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Tim Duong, PhD, Wouter Hoogenboom, PhD: What is Known About COVID-19 and SCD

Strategic Alliance Partnership | <b>Montefiore</b>

After conducting and extensive literary review on all eligible data regarding COVID-19 in patients with sickle cell disease or trait, experts discuss what is known and what needs to be better understood about the pandemic's effect on this population.

A new study examined clinical COVID-19 outcomes in patients with sickle cell disease (SCD) or sickle cell trait (SCT). Data showed that these patients are more likely to visit the emergency department (ED) and more likely to be hospitalized when compared to the general population.

This comes at a factor of 2-7 fold increase, according to Tim Duong, PhD, Professor, Vice Chair for Research Department of Radiology, Albert Einstein College of Medicine, Montefiore Medical Center.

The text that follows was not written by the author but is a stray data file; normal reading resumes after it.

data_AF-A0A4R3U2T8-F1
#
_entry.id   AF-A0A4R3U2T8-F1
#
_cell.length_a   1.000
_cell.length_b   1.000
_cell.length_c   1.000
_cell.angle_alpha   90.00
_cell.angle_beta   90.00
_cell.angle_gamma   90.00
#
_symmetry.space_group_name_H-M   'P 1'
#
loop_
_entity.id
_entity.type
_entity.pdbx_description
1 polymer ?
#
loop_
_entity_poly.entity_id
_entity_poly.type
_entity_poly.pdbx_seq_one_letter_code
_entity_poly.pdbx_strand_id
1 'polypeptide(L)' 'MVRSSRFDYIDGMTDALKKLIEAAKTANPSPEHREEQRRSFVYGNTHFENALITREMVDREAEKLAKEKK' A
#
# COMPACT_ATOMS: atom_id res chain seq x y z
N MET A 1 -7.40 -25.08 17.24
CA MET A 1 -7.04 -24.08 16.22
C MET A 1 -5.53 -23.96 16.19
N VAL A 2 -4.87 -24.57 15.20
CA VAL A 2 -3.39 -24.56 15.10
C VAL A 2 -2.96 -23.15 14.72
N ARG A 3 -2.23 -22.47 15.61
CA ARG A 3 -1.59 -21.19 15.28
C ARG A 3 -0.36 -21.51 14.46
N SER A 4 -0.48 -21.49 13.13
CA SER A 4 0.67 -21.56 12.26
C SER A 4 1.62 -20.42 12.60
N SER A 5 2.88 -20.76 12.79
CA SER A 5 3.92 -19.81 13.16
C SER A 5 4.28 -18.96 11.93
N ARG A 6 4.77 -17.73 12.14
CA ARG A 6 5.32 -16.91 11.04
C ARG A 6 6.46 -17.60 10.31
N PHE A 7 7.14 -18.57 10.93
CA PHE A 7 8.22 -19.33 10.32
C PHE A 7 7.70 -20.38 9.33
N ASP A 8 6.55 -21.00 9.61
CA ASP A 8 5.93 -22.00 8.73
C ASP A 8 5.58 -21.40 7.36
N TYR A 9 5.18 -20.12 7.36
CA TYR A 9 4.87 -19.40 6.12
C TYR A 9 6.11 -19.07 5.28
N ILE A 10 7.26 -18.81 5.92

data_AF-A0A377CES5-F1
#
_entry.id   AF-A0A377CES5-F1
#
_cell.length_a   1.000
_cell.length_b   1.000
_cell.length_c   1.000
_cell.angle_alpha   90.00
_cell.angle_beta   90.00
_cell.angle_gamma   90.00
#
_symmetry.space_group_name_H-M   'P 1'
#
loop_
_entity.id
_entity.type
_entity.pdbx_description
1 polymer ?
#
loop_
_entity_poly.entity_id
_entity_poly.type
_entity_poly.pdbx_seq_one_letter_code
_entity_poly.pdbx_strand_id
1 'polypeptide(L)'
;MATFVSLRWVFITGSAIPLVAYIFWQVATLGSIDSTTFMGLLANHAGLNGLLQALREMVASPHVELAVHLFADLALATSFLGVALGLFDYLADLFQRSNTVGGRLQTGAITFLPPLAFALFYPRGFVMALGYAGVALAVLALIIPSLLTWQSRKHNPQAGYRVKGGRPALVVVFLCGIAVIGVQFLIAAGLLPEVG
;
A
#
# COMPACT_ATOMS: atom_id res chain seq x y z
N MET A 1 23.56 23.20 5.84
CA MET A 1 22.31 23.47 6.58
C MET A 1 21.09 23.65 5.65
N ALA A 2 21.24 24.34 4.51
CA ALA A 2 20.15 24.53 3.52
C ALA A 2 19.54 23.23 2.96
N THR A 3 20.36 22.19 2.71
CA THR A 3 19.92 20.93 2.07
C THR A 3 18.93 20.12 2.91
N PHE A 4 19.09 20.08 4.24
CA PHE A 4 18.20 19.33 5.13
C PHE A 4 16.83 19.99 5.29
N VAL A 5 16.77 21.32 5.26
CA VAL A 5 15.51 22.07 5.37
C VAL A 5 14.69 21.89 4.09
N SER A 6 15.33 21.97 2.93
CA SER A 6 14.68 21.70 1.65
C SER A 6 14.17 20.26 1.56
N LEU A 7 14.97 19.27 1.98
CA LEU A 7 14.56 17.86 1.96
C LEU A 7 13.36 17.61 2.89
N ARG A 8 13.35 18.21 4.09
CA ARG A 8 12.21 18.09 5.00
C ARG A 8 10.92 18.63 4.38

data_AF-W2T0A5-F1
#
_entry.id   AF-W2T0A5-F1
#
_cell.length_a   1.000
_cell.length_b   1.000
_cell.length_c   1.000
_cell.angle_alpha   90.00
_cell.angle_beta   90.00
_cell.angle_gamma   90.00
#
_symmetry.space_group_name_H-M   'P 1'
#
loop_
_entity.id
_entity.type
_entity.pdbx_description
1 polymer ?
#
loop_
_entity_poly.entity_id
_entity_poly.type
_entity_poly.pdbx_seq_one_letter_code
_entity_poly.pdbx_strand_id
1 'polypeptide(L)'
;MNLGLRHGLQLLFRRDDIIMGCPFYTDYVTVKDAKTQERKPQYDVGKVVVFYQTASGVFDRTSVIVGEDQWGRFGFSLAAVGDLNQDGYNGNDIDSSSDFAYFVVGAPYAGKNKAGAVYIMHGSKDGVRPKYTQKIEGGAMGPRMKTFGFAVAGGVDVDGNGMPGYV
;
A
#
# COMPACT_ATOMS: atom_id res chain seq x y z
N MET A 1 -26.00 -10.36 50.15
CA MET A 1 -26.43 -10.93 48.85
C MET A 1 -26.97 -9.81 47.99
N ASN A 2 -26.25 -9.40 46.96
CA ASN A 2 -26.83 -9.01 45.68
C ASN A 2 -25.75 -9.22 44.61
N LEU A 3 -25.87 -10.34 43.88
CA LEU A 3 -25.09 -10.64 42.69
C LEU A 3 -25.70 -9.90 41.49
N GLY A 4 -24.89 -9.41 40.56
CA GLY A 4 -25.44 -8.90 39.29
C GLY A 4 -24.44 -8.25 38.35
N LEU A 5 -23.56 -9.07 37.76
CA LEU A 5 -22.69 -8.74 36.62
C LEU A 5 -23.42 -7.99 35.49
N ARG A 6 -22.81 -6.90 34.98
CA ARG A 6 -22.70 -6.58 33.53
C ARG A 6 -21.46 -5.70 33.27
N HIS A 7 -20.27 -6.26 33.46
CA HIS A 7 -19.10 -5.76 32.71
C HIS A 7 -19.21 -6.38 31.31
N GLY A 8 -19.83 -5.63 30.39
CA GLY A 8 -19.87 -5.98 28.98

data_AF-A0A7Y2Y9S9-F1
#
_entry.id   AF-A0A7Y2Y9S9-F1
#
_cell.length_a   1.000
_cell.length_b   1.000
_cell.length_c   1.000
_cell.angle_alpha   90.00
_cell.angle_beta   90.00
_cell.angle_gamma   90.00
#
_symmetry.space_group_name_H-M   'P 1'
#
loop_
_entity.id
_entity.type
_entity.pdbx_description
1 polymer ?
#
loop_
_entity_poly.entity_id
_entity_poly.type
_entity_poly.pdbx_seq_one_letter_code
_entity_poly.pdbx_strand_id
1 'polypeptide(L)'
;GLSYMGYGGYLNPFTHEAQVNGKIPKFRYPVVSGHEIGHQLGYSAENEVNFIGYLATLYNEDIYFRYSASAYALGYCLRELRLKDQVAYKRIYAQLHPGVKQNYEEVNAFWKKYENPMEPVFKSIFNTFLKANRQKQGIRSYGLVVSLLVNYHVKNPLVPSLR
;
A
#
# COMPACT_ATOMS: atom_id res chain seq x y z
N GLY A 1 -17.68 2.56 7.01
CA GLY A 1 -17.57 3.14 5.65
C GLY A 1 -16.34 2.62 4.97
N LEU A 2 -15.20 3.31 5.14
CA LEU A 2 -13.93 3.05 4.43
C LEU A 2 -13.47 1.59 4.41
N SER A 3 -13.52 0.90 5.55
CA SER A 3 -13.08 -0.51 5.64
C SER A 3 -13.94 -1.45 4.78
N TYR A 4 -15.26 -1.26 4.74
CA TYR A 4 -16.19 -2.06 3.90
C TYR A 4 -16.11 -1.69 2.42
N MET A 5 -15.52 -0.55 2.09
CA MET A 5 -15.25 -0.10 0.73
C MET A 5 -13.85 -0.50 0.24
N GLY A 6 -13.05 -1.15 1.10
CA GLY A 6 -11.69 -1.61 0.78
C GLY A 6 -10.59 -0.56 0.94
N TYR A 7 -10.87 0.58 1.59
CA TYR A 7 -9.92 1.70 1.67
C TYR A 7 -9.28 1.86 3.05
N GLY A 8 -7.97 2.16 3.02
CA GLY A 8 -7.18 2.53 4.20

The evidence indicated that COVID-19 can exacerbate sickle cell symptoms, which could be why this population is more likely to check into the hospital.

"And perhaps actually, the fact that the mortality rate only increased slightly, which is surprising to us,' Duong said, "is that perhaps the fact that they checked in the hospital early might have lowered their mortality rate."

With each piece of new evidence revealed, there's even more that still needs to be understood, especially regarding COVID-19.

"Okay, patients survive," Duong said, "and a year down the line--is it going to be worse than those who did not have COVID infection, for example?"

The finidngs from this extensive literature review offer many directions to further the investigation.

For example, the efficacy of the COVID-19 vaccine in this population, how different sickle cell genotypes factor into COVID-19 infection response, and even how certain sickle cell therapies might affect COVID-19-related outcomes, are areas that investigators want to continue to examine, according to lead investigator Wouter Hoogenboom, PhD, Research Fellow, Department of Radiology, Albert Einstein College of Medicine, Montefiore Medical Center.

"Sickle cell modifying therapy may be helping sickle cell patients to become less vulnerable," Hoogenboom explained. "But again, this is preliminary findings that multiple studies have reported, but does also require more follow up."